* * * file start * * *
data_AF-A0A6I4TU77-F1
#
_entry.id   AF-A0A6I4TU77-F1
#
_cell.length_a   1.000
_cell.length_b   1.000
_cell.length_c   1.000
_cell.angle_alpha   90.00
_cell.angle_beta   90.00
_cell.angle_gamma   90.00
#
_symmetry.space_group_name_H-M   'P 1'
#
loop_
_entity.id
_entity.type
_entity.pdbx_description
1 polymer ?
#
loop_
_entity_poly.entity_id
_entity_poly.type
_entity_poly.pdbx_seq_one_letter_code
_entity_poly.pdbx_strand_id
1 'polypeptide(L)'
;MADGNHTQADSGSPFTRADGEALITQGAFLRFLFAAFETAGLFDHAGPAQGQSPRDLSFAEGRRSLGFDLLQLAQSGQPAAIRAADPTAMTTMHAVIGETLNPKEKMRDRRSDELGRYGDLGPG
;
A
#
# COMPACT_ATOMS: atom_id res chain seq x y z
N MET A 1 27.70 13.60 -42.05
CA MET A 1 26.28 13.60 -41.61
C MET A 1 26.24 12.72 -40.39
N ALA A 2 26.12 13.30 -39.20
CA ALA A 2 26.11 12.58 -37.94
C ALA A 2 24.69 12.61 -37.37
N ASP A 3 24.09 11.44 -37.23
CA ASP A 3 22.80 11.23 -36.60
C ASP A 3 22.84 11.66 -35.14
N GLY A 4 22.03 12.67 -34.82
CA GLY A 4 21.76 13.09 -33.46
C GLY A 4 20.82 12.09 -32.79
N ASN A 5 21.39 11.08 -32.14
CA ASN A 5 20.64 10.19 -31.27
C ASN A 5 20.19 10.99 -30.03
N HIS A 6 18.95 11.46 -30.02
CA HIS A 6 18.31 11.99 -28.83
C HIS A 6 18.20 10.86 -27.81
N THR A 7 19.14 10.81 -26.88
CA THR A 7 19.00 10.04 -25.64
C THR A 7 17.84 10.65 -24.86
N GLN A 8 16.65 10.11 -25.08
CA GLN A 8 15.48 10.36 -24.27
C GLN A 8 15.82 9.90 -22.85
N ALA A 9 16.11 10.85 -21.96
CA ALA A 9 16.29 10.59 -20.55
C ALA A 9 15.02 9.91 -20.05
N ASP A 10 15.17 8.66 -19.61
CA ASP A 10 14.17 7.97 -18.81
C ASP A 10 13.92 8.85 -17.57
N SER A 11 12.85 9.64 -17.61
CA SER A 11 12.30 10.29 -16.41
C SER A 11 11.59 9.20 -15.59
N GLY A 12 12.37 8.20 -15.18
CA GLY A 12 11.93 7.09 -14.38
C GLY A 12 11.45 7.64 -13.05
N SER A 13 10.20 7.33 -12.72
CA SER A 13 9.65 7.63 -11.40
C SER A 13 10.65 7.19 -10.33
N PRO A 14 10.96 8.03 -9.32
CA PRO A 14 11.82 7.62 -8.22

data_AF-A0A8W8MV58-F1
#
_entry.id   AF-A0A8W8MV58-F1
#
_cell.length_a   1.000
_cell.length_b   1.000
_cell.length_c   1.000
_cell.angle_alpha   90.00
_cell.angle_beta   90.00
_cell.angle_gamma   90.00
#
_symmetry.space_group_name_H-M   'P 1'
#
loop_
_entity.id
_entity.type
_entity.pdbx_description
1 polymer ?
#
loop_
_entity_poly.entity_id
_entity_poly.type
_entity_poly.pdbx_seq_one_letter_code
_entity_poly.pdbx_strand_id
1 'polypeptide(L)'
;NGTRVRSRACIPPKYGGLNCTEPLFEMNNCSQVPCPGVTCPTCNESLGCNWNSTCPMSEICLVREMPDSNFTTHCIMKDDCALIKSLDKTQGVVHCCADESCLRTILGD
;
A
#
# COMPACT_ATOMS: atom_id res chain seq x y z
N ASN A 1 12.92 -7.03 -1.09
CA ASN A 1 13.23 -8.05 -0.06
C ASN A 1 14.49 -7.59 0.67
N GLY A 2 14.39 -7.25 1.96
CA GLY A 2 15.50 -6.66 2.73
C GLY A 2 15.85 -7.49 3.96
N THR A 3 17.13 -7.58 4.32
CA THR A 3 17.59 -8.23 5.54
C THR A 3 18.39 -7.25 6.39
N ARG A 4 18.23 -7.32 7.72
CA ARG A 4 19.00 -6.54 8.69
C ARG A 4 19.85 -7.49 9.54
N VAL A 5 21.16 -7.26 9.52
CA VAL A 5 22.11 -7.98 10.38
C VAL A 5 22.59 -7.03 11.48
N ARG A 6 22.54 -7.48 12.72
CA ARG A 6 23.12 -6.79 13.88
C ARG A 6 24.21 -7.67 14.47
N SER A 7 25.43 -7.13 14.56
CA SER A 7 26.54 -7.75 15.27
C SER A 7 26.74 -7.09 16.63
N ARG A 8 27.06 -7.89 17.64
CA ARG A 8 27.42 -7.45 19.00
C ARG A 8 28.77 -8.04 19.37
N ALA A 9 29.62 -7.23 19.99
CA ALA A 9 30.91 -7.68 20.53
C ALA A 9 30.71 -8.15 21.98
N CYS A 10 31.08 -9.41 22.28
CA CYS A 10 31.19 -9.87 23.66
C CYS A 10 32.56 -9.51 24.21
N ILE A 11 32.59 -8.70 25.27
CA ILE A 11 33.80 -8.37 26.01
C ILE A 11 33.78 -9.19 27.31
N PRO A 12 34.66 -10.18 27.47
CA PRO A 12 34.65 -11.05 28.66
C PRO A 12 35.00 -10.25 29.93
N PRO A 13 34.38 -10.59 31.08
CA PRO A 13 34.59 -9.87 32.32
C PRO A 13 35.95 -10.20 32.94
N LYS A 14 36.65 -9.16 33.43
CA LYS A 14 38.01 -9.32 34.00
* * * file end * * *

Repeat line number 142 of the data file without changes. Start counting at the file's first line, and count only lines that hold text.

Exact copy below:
CA LYS A 14 38.01 -9.32 34.00